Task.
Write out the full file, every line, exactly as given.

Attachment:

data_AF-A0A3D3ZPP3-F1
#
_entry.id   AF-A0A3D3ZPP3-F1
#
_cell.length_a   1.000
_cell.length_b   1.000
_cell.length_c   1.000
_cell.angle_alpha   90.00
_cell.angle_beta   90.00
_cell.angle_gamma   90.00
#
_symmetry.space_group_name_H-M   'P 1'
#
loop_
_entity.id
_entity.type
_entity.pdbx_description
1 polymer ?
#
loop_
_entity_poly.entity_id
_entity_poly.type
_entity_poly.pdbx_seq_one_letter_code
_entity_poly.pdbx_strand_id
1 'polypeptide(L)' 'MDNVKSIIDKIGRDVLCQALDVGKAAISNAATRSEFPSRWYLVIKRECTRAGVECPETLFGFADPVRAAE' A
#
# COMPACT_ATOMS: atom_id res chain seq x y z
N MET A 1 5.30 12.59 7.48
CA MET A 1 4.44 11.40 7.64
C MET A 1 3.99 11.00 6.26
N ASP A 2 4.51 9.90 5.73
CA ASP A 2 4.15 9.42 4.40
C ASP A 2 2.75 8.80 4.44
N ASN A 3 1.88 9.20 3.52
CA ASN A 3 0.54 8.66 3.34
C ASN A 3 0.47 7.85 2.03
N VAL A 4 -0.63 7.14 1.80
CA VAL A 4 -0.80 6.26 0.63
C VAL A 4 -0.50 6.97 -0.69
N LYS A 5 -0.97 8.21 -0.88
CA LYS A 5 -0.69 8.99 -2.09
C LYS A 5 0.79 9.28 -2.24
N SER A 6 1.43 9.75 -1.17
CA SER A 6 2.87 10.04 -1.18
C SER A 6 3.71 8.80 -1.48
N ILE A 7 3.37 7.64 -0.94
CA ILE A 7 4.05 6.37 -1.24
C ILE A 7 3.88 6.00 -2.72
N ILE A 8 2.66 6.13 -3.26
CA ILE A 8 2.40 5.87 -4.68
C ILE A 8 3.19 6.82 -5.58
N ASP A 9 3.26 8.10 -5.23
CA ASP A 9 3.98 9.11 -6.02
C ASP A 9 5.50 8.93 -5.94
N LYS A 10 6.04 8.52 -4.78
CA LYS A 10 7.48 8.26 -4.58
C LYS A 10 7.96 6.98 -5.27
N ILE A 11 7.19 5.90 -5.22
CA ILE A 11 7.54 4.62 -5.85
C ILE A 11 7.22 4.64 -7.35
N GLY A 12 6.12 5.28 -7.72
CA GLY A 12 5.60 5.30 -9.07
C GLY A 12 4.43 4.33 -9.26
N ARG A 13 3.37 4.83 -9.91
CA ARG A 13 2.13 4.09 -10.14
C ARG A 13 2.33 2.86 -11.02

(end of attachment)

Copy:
data_AF-A0A3D3ZPP3-F1
#
_entry.id   AF-A0A3D3ZPP3-F1
#
_cell.length_a   1.000
_cell.length_b   1.000
_cell.length_c   1.000
_cell.angle_alpha   90.00
_cell.angle_beta   90.00
_cell.angle_gamma   90.00
#
_symmetry.space_group_name_H-M   'P 1'
#
loop_
_entity.id
_entity.type
_entity.pdbx_description
1 polymer ?
#
loop_
_entity_poly.entity_id
_entity_poly.type
_entity_poly.pdbx_seq_one_letter_code
_entity_poly.pdbx_strand_id
1 'polypeptide(L)' 'MDNVKSIIDKIGRDVLCQALDVGKAAISNAATRSEFPSRWYLVIKRECTRAGVECPETLFGFADPVRAAE' A
#
# COMPACT_ATOMS: atom_id res chain seq x y z
N MET A 1 5.30 12.59 7.48
CA MET A 1 4.44 11.40 7.64
C MET A 1 3.99 11.00 6.26
N ASP A 2 4.51 9.90 5.73
CA ASP A 2 4.15 9.42 4.40
C ASP A 2 2.75 8.80 4.44
N ASN A 3 1.88 9.20 3.52
CA ASN A 3 0.54 8.66 3.34
C ASN A 3 0.47 7.85 2.03
N VAL A 4 -0.63 7.14 1.80
CA VAL A 4 -0.80 6.26 0.63
C VAL A 4 -0.50 6.97 -0.69
N LYS A 5 -0.97 8.21 -0.88
CA LYS A 5 -0.69 8.99 -2.09
C LYS A 5 0.79 9.28 -2.24
N SER A 6 1.43 9.75 -1.17
CA SER A 6 2.87 10.04 -1.18
C SER A 6 3.71 8.80 -1.48
N ILE A 7 3.37 7.64 -0.94
CA ILE A 7 4.05 6.37 -1.24
C ILE A 7 3.88 6.00 -2.72
N ILE A 8 2.66 6.13 -3.26
CA ILE A 8 2.40 5.87 -4.68
C ILE A 8 3.19 6.82 -5.58
N ASP A 9 3.26 8.10 -5.23
CA ASP A 9 3.98 9.11 -6.02
C ASP A 9 5.50 8.93 -5.94
N LYS A 10 6.04 8.52 -4.78
CA LYS A 10 7.48 8.26 -4.58
C LYS A 10 7.96 6.98 -5.27
N ILE A 11 7.19 5.90 -5.22
CA ILE A 11 7.54 4.62 -5.85
C ILE A 11 7.22 4.64 -7.35
N GLY A 12 6.12 5.28 -7.72
CA GLY A 12 5.60 5.30 -9.07
C GLY A 12 4.43 4.33 -9.26
N ARG A 13 3.37 4.83 -9.91
CA ARG A 13 2.13 4.09 -10.14
C ARG A 13 2.33 2.86 -11.02